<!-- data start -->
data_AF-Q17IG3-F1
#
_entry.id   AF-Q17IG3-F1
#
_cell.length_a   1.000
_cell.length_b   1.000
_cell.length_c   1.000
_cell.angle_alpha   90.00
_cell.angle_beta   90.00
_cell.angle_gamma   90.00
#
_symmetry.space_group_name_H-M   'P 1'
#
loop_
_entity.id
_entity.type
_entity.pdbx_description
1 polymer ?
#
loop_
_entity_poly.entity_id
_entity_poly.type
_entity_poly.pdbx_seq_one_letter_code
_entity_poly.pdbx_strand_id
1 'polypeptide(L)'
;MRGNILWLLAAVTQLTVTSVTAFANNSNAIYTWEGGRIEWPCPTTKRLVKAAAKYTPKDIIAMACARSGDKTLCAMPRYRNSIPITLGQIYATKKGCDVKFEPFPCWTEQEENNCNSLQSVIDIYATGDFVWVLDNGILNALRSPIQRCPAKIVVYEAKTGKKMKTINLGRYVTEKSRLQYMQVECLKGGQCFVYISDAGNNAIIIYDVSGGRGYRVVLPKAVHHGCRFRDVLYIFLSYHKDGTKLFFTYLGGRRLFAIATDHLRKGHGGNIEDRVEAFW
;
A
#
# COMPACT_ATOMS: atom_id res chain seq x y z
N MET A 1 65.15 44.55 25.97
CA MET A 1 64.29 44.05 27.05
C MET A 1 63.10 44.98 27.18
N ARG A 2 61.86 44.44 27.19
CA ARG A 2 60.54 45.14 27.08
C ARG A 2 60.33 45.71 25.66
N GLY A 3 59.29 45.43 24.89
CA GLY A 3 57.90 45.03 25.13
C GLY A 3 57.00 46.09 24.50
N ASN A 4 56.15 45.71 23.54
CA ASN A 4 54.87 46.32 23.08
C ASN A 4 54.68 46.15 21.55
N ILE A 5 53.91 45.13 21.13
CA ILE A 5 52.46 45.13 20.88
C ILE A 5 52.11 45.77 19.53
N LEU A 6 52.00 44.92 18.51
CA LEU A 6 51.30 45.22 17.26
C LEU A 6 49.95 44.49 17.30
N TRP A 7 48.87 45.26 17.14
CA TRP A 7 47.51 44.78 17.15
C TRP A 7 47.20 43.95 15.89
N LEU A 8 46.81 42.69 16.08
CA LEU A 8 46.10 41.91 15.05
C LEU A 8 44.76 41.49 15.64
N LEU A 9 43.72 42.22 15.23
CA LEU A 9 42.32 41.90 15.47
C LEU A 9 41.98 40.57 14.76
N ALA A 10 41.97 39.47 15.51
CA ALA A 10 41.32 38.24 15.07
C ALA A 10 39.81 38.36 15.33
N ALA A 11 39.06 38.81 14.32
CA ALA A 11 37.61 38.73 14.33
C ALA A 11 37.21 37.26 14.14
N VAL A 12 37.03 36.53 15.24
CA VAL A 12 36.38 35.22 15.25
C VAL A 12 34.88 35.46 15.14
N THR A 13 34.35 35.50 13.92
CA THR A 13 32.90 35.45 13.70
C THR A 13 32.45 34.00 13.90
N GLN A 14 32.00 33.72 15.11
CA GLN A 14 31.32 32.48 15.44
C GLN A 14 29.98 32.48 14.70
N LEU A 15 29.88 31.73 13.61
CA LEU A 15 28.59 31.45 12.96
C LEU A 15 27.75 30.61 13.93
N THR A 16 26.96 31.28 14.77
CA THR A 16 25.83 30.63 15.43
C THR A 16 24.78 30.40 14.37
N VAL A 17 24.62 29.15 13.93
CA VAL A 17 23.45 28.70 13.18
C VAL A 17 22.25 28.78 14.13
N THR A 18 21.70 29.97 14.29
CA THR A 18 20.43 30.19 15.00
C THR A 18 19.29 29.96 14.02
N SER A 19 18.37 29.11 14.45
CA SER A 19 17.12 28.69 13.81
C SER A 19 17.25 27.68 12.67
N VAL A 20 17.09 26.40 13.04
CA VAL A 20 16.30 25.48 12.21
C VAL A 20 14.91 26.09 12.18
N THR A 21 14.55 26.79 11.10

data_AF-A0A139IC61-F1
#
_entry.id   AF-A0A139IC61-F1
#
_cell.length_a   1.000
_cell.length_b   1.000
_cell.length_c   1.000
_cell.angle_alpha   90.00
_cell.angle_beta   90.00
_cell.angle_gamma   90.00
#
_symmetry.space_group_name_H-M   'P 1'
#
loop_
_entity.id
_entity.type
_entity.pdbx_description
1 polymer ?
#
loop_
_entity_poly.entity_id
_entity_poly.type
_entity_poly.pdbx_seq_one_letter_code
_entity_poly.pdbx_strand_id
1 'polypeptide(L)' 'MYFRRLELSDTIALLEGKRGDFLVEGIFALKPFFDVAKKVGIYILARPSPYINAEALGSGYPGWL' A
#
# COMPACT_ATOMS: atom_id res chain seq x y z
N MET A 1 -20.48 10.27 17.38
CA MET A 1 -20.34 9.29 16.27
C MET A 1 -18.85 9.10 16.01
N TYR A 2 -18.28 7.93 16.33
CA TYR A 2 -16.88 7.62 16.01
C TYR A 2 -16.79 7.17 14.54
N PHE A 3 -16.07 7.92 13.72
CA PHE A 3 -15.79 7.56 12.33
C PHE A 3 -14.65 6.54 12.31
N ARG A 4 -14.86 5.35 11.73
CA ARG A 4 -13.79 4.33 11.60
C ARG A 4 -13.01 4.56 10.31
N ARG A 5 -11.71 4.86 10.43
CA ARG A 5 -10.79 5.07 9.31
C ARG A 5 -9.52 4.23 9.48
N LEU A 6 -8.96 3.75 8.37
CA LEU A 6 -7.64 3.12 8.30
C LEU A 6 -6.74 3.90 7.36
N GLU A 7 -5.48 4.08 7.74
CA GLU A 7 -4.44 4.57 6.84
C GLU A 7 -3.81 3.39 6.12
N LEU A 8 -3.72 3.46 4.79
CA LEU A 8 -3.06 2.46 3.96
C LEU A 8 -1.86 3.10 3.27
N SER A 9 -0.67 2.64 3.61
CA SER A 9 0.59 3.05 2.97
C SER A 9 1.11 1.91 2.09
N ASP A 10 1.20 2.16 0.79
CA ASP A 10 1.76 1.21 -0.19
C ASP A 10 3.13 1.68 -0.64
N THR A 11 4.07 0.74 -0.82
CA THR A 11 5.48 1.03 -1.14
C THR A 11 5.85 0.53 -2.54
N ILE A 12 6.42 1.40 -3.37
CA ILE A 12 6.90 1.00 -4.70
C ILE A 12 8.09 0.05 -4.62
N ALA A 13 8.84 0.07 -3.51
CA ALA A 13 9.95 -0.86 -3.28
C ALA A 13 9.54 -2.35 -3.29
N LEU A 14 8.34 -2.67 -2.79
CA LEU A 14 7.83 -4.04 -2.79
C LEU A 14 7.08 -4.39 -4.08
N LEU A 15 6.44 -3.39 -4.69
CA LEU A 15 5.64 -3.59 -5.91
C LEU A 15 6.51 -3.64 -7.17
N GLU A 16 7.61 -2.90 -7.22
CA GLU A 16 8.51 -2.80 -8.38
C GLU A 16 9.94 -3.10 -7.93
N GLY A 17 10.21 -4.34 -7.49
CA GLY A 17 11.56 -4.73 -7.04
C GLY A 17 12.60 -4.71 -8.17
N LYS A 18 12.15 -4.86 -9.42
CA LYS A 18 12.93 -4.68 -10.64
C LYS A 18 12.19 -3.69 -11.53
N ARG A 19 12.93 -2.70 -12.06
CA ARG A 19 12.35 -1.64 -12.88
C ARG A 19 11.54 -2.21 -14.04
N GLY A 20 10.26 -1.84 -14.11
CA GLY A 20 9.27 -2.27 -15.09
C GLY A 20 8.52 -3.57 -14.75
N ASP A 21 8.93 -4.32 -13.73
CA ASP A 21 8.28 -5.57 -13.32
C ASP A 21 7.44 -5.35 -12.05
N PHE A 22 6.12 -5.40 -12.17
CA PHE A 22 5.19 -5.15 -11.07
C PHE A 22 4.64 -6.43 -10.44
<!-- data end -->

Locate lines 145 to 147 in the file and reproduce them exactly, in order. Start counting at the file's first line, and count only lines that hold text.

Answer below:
C SER A 9 1.11 1.91 2.09
N ASP A 10 1.20 2.16 0.79
CA ASP A 10 1.76 1.21 -0.19